Monday, 19 November 2007
Hong Kong is well and truly obsessed with shopping so I thought I'd jump on the bandwagon and add my two cents. I've created a new tag 'shopping' with the intention of writing up some of my favourite shops; whether it be food, wine or in this case herbs ... man. Herboland is perched in an absolute prime location, a couple of metres from the edge of Lamma Island's Hung Shing Ye Beach and its spectacularly bizarre view of the power station. This working organic farm specialises in herbs as well as selling seasonal vegetables, potted plants and food and drink in their small cafe. The grounds aren't large, but they're well kept and packed with garden beds through which visitors meander until they come to the shop and cafe tucked away in the back corner. The star attraction seemed to be the rabbits, were a swarm of people were gathered taking photos of these 'so cute', giant eared fellows.
I love the concept of Herboland and enjoyed my time wandering their gardens. I was unfortunately a bit put off by their prices; a tiny, five serve bag of herbal was $50. I see the greatest benefit of this joint being it's role as an educator. Visitors are able buy seasonal produce straight from the farm and were they can see it been grown. Herboland is also a strong supporter of organic principals and has a wealth of information about the extensive selection of herbs they sell. With its great gardens and interesting produce it's definitely worth stopping for a stroll at Herboland. Visit shop website.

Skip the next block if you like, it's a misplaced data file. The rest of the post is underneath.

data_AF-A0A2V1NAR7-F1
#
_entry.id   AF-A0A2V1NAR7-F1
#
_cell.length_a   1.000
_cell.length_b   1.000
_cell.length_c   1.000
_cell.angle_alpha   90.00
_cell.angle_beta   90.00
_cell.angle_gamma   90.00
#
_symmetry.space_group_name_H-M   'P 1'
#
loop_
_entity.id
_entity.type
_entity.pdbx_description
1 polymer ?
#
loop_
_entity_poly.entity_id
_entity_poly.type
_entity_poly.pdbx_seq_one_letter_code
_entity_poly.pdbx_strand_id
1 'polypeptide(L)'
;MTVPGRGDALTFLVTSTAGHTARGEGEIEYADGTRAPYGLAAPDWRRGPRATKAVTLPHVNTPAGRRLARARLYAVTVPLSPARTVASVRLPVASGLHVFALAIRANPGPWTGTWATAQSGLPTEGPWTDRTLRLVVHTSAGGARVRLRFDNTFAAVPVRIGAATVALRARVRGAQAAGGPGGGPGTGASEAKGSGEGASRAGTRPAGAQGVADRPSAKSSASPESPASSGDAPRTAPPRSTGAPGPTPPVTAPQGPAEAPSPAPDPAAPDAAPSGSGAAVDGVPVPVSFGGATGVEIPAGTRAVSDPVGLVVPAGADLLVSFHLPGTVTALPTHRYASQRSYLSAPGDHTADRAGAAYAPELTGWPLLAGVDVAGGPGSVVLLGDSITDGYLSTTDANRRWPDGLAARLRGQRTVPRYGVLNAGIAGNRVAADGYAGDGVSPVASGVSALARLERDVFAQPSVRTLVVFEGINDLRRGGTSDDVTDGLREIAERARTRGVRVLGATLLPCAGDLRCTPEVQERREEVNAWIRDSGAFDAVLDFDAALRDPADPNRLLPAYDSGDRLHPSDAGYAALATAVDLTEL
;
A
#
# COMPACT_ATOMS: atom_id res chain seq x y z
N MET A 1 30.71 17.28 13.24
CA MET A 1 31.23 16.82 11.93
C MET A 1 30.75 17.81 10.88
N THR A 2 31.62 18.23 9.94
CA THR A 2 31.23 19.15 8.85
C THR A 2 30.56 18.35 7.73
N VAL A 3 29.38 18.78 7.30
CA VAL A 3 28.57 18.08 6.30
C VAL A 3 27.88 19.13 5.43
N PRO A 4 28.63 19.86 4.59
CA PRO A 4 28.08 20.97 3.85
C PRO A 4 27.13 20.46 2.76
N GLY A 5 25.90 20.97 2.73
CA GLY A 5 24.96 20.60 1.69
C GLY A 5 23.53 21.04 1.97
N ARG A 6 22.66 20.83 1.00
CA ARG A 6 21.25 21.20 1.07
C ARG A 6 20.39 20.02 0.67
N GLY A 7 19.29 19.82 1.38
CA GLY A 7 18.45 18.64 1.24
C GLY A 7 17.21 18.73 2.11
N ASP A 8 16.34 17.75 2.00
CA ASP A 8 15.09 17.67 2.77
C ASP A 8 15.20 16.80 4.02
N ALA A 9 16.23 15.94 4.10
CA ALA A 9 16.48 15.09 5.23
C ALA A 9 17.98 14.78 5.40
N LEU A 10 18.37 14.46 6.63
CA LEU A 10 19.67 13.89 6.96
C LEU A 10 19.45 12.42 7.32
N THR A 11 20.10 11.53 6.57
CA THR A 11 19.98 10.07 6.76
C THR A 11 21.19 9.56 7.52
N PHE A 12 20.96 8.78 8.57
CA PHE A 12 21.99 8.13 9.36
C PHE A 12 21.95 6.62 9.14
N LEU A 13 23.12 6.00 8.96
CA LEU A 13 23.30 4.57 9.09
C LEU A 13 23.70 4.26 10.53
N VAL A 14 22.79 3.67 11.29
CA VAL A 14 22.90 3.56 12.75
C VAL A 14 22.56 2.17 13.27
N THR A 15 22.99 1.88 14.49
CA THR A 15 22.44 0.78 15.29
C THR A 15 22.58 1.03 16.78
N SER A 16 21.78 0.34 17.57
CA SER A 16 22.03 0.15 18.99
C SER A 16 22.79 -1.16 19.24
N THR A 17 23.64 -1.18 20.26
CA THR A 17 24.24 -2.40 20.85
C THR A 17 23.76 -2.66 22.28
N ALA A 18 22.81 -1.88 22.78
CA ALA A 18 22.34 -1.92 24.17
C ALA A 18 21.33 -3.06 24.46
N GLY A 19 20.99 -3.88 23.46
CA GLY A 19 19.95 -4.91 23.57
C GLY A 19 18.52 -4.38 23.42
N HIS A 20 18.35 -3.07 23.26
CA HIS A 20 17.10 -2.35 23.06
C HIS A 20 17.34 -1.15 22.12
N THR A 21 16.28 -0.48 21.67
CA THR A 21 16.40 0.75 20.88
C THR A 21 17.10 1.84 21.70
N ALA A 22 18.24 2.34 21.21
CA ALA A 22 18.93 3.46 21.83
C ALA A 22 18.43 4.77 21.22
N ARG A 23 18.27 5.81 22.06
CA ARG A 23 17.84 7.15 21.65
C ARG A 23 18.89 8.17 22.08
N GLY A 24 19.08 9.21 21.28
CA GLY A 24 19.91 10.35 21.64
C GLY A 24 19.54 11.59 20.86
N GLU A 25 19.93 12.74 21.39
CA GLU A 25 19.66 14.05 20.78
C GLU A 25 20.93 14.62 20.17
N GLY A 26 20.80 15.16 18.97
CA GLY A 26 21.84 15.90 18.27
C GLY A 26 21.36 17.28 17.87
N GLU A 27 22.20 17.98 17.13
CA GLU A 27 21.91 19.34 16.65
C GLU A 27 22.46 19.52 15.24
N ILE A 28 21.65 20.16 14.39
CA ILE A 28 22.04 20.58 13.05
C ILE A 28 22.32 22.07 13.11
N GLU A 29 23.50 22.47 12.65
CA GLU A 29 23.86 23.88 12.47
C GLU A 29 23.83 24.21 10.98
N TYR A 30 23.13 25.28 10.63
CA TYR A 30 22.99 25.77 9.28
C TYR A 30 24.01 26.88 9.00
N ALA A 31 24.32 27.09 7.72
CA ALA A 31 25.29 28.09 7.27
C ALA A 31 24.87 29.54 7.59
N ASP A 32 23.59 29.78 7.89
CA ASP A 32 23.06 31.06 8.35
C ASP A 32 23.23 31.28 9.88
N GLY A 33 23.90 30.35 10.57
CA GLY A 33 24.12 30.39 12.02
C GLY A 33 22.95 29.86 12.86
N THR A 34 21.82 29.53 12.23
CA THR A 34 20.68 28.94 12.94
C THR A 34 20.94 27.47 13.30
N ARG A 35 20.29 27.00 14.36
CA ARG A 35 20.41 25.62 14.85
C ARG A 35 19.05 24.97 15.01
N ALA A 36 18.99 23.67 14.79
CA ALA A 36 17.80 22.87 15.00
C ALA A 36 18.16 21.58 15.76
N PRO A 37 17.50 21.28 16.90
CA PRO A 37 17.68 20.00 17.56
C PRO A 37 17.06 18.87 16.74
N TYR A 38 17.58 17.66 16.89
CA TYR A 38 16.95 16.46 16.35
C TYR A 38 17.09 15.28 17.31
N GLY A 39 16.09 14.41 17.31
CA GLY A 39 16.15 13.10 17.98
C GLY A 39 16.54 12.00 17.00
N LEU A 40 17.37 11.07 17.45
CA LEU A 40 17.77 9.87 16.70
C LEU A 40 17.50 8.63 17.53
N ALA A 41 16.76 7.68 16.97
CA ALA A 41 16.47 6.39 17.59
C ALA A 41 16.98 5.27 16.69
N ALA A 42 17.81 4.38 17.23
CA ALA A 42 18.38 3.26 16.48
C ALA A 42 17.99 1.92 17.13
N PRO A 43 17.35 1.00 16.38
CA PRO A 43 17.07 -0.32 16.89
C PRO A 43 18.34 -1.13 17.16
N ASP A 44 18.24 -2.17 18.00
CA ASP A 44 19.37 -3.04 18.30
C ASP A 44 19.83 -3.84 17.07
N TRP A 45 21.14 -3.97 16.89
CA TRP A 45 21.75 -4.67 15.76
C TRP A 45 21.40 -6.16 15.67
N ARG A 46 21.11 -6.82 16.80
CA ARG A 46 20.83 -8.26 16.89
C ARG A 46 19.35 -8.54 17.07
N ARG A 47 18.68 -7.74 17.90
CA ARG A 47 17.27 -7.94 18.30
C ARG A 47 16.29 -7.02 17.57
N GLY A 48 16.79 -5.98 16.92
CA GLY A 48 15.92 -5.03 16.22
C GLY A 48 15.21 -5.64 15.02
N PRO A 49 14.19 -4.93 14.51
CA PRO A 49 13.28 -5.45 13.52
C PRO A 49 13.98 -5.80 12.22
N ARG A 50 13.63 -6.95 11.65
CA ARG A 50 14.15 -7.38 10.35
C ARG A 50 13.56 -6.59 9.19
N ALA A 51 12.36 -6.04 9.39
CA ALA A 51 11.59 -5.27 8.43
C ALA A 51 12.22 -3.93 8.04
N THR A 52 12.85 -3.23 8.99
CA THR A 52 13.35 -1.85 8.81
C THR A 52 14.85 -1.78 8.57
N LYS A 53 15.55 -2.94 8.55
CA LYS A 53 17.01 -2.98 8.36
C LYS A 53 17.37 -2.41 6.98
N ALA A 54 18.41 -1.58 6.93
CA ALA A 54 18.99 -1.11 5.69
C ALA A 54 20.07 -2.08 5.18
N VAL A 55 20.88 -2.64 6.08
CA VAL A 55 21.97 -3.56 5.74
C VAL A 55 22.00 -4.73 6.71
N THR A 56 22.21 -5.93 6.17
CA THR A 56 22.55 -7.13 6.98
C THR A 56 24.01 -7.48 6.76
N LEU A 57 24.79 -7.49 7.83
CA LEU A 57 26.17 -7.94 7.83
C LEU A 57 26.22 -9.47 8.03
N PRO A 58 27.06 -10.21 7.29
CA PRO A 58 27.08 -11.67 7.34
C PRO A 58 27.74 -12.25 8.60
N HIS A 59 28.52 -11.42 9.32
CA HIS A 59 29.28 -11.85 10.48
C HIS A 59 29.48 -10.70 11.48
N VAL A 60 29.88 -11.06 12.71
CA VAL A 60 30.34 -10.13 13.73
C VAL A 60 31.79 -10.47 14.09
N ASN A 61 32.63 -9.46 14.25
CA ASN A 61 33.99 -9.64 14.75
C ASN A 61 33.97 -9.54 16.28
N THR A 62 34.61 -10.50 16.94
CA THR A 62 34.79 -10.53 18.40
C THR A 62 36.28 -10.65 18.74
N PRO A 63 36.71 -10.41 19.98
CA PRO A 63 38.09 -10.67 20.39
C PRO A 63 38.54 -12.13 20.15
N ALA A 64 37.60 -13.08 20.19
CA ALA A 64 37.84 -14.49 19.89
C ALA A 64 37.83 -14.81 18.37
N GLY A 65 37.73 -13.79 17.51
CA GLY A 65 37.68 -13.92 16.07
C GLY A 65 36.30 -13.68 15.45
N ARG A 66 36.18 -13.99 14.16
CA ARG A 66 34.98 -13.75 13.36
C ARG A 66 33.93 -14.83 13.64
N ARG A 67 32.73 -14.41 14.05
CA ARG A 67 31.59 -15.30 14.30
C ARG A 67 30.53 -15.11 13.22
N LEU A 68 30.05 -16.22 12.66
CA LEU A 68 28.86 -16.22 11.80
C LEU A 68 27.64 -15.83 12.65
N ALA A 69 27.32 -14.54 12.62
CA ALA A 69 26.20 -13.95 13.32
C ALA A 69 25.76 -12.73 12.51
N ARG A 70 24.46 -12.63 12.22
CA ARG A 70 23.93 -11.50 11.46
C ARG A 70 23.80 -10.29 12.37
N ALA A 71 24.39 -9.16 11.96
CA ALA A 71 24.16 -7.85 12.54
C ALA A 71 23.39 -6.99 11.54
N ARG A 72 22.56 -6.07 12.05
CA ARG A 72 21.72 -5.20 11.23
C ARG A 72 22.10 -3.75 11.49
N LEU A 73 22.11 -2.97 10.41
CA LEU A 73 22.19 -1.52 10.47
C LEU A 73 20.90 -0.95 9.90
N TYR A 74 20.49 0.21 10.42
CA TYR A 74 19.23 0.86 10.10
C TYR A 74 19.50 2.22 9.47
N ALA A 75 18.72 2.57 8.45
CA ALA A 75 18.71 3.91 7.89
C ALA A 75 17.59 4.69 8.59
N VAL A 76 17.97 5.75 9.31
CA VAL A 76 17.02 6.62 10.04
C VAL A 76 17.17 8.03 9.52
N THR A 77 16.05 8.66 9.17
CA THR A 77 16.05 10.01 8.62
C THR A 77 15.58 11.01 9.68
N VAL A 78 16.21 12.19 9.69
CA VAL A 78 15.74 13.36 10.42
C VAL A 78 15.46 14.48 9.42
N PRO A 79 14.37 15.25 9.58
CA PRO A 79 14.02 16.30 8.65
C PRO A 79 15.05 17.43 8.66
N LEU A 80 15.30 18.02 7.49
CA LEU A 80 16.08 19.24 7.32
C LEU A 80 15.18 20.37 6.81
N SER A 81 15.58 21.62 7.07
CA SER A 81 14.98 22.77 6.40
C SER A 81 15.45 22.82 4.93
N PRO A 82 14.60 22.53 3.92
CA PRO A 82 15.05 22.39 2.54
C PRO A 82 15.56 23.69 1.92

Sunday, 18 November 2007
Yarra Valley, Victoria, $168, stelvin seal
I'm not sure if you're meant to write tasting notes sitting in the bath, but the cooler weather Hong Kong is experiencing means baths are very much back in fashion. Years ago while I was sharing a house with some very cool girls in Newcastle, UK, one of them once remarked that the one thing I'd taught her was to always have a bath with at least a pint of gin and tonic - though I've swapped the gin for wine I suppose nothing really changes. This bottle comes from the Green Point Winery in Victoria's Yarra Valley which is part of Moet Hennessy's vast Empire; it's also where they produce Chandon, their contribution to Australian sparkling wine.